Oh, the Irony: Fake Watchers Make False Claim About Sputnik's 'Fake News'

© SputnikNotre Dame Cathedral on fire, Paris
Notre Dame Cathedral on fire, Paris - Sputnik International
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The photograph led PolitiFact to claim that the image of “two smiling men”, who were allegedly doctored into the picture, was used to promote speculation about Muslim involvement in the Notre Dame fire.

PolitiFact, a non-profit fact-checking project, has apparently landed in hot water after it pounced upon an opportunity to debunk a “fake” photo related to the Notre-Dame de Paris blaze, which turned out to be real.

In this image made available on Tuesday April 16, 2019 flames and smoke rise from the blaze after the spire toppled over on Notre Dame cathedral in Paris, Monday, April 15, 2019 - Sputnik International
Electrical Short-Circuit 'Likely Caused' Notre Dame Fire - Police Official
The object of their attention was a photo of the cathedral ablaze that was published by Sputnik France and features, among other things, two smiling men slipping under a police barricade.

PolitiFact claims, citing the head of National Center for Media Forensics at University Colorado Denver, that “the two front persons” were inserted into the photo, and that the allegedly altered image "has been used to support claims that the cathedral fire was a terrorist attack and fuelled anti-Muslim rhetoric".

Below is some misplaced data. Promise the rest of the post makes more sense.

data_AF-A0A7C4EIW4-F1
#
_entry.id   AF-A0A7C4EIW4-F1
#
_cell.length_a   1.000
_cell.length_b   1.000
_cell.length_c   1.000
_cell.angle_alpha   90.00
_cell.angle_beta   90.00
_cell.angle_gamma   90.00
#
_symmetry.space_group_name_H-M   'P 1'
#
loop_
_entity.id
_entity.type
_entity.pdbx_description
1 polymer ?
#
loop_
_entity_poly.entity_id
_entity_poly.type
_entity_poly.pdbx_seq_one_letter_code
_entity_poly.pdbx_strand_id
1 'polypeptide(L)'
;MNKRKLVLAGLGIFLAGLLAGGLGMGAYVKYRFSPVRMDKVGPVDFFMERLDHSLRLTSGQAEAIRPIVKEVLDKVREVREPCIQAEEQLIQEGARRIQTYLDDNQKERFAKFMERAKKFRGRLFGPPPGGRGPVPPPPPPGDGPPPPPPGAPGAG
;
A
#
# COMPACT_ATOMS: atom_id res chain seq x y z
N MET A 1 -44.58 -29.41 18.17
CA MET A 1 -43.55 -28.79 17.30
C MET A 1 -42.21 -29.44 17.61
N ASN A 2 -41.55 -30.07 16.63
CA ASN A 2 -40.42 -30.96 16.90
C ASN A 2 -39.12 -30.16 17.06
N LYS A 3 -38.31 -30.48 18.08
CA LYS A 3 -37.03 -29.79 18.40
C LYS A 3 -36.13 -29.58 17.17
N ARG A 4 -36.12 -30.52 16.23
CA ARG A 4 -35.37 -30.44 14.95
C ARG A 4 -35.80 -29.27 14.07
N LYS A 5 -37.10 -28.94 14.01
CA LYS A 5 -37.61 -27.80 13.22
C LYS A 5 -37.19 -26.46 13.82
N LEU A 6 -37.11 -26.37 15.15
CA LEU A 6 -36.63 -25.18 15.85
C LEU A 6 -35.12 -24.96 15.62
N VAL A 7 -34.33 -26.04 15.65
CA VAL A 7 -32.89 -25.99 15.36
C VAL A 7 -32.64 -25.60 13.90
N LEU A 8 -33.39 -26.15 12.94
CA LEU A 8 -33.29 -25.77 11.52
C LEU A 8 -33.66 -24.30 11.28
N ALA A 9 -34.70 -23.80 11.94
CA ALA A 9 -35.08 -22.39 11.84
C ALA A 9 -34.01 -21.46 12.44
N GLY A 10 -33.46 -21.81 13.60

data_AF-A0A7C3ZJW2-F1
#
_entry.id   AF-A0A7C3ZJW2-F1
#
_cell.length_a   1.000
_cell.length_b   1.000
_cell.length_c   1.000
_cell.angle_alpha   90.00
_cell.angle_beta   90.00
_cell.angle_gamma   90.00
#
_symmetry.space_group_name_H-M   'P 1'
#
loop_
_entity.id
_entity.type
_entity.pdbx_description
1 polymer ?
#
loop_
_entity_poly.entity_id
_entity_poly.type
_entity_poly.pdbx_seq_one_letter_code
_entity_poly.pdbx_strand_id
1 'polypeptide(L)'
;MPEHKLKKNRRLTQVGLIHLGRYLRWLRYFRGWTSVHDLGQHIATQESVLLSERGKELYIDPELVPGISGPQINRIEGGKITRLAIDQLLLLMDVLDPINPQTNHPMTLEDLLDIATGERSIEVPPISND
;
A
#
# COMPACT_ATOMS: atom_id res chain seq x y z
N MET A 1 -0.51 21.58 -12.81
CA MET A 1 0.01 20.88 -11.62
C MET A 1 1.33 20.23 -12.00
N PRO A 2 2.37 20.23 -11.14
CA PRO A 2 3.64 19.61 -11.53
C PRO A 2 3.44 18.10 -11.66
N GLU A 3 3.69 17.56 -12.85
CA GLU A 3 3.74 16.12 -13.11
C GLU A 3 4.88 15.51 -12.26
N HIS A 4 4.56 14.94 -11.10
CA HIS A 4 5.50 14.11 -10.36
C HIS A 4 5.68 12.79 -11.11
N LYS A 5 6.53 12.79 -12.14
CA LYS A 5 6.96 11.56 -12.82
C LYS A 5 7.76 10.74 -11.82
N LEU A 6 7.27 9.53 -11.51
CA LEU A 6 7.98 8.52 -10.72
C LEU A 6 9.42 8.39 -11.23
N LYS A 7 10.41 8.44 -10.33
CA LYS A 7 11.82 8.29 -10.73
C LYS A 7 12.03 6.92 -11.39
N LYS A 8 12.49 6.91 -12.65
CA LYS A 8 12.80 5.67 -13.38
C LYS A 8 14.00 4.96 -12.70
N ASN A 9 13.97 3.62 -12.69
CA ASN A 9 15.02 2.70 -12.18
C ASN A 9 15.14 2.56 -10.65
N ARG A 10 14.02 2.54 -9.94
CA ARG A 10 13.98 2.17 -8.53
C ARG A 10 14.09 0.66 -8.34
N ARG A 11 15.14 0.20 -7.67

The picture was initially pulled from Sputnik France's live web coverage of the Notre Dame fire and shared over social media. The controversy was sparked as the picture did not contain a company logo or a watermark at the time of its publication. Several users, including notorious bloggers such as Pamella Geller, claimed that the photo depicted 'Muslims laughing as blaze destroys Notre Dame cathedral during Holy Week'.

© Photo : Pamela Geller/ FacebookScreenshot of Pamela Geller post on Facebook
Screenshot of Pamela Geller post on Facebook - Sputnik International
Screenshot of Pamela Geller post on Facebook

Meanwhile, some media outlets accused Sputnik of being the source of 'hate speech', prompting Sputnik France chief editor Natalia Novikova to lash out against the grievous allegations and the detractors' unfair evaluation of the image.

When Sputnik France chief editor Natalia Novikova berated Aude Lorriaux for her comments about the image and Sputnik as a news agency, the latter deleted her tweet.

As Novikova pointed out, the picture in question was merely one of several photos snapped by a Sputnik correspondent covering the tragedy, and his attention wasn’t even focused on the "smiling men":

"The picture was published without any comments about who these men were or what were they smiling about. They did not attract the attention of our correspondent neither during the photo shoot, nor when the photo was published".

She also remarked that the news agency was quite surprised by the fact that some, apparently, see fit to "speculate about the religious beliefs of these two men based on their appearance only".

"We’re saddened by the fact that some media used this photo for their questionable purposes, and that they spend time on sifting through a hundred of published photos to find an example of ‘Russian menace’", she added.

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